For the past five weeks, the appearance rate of Covid-19 cases has plateaued at about a hundred thousand new cases per day. Just click on the Daily Cases Tab on the JHU site to see for yourself. This is quite puzzling because while individual nations and regions are rising, falling, and plateauing independently, the global total is flat as a pancake. A simple resolution to this seeming paradox was proposed by economist John Cochrane (see his post here). The solution is rather simple but the implications as I will go into more detail below are far reaching. The short answer is that if the world (either through behavior or policy) reacts to the severity of Covid-19 incrementally then a plateau will arise. When cases go up, people socially distance, and the number goes down, when cases go down, they relax a little and it goes back up again.

This can be made more precise with the now-famous SIR model. For the uninitiated, SIR stands for Susceptible Infected Recovered model. It is a simple dynamical model of disease propagation that has been in use for almost a century. The basic premise of an SIR model is that at any given time, the proportion of the population is either infected with the virus I, susceptible to infection S, or recovered from infection and no longer susceptible R. Each time an S comes across an I, it has a chance of being infected and becoming another I. An I will recover (or die) with some rate and become an R. The simplest way to implement an SIR model is to assume that people interact completely randomly and uniformly across the population and the rate of transmission and recovery is uniform as well. This is of course a gross simplification and ignores the complexity and diversity of social interactions, the mechanisms of actual viral transmission, and the progression of disease within individuals. However, even though it misses all of these nuances, it captures many of the important dynamics of epidemics. In differential equation form, the SIR model is written as

$\frac{dS}{dt} = -\frac{\beta}{N} S I$

$\frac{dI}{dt} = \frac{\beta}{N} S I - \sigma I$   (SIR model)

where $N$ is the total number of people in the population of interest. Here, $S$ and $I$ are in units of number of people.  The left hand sides of these equations are derivatives with respect to time, or rates.  They have dimensions or units of people per unit time, say day. From this we can infer that $\beta$ and $\sigma$ must have units of inverse day (per day) since $S$, $I$, and $N$ all have units of numbers of people. Thus $\beta$ is the infection rate per day and $\sigma$ is the recovery/death rate per day. The equation assumes that the probability of an $S$ meeting an $I$ is $I/N$. If there was one infected person in a population of a hundred, then if you were to interact completely randomly with everyone then the chance you would run into an infected person is 1/100. Actually, it would be 1/99 but in a large population, the one becomes insignificant and you can round up. Right away, we can see a problem with this assumption. I interact regularly with perhaps a few hundred people per week or month but the chance of me meeting a person that had just come from Australia in a typical week is extremely low. Thus, it is not at all clear what we should use for $N$ in the model. The local population, the regional population, the national population?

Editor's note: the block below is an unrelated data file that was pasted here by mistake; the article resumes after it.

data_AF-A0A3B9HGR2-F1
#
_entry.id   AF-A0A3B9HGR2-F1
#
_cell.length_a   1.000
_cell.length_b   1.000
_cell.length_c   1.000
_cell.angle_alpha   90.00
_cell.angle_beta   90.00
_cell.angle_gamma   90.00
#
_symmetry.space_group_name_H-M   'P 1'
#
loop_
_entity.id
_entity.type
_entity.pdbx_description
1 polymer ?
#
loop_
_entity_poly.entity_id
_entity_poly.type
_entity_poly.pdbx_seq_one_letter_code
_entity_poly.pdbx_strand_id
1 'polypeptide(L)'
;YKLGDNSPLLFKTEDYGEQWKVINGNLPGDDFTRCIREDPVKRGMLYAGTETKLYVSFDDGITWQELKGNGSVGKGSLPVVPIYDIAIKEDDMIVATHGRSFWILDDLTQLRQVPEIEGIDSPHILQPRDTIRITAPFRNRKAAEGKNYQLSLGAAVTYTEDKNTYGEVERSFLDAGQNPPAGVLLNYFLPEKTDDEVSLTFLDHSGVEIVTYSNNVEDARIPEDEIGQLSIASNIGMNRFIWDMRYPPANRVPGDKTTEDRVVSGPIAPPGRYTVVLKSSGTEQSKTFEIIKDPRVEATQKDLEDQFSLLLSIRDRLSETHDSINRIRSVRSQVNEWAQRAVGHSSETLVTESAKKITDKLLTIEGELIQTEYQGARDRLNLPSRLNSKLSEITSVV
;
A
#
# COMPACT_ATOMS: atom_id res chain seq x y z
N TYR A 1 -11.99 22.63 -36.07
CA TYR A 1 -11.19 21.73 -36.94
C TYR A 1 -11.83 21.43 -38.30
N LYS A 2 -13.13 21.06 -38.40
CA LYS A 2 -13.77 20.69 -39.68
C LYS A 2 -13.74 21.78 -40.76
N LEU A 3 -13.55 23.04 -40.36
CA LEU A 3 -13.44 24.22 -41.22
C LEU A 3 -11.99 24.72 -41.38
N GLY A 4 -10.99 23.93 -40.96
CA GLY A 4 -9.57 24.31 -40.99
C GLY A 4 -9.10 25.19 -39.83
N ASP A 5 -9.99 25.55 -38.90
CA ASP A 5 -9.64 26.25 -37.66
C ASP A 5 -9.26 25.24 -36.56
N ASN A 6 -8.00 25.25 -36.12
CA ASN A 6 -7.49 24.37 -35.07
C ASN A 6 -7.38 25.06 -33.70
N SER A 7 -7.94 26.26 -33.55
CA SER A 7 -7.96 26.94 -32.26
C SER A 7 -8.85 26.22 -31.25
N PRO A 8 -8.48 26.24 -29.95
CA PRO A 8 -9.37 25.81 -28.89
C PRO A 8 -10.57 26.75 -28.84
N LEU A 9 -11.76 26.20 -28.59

The model assumes that once an $S$ has run into an $I$, the rate of transmission of the virus is $\beta$. The total rate of decrease of $S$ is the product of $\beta$ and $SI/N$. The rate of change of $I$ is given by the increase due to interactions with $S$ and the decrease due to recovery/death $\sigma I$. These terms all have units of person per day. Once you understand the basic principles of constructing differential equations, you can model anything, which is what I like to do. For example, I modeled the temperature dynamics of my house this winter and used it to optimize my thermostat settings. In a post from a long time ago, I used it to model how best to boil water.

Given the SIR model, you can solve them to get how $I$ and $S$ will change in time. The SIR model is a system of nonlinear differential equations that do not have what is called a closed-form solution, meaning you can’t write down that $I(t)$ is some nice function like $e^{t}$ or $\sin(t)$. However, you can solve them numerically on a computer or infer properties of the dynamics directly without actually solving them. For example, if $\beta SI/N$ is initially greater than $\sigma I$, then $dI/dt$ is positive and thus $I$ will increase with time. On the other hand, since $dS/dt$ is always negative (rate of change is negative), it will decrease in time. As $I$ increases and $S$ decreases, since $S$ is decreasing at a faster rate than $I$ is increasing because $\sigma I$ is slowing the growth of $I$, then at some point $\beta SI/N$ will equal $\sigma I$ and $dI/dt=0$. This is a stationary point of $I$.  However, it is only a momentary stationary point because  $S$ keeps decreasing and this will make $I$ start to decrease too and thus this stationary point is a maximum point. In the SIR model, the stationary point is given by the condition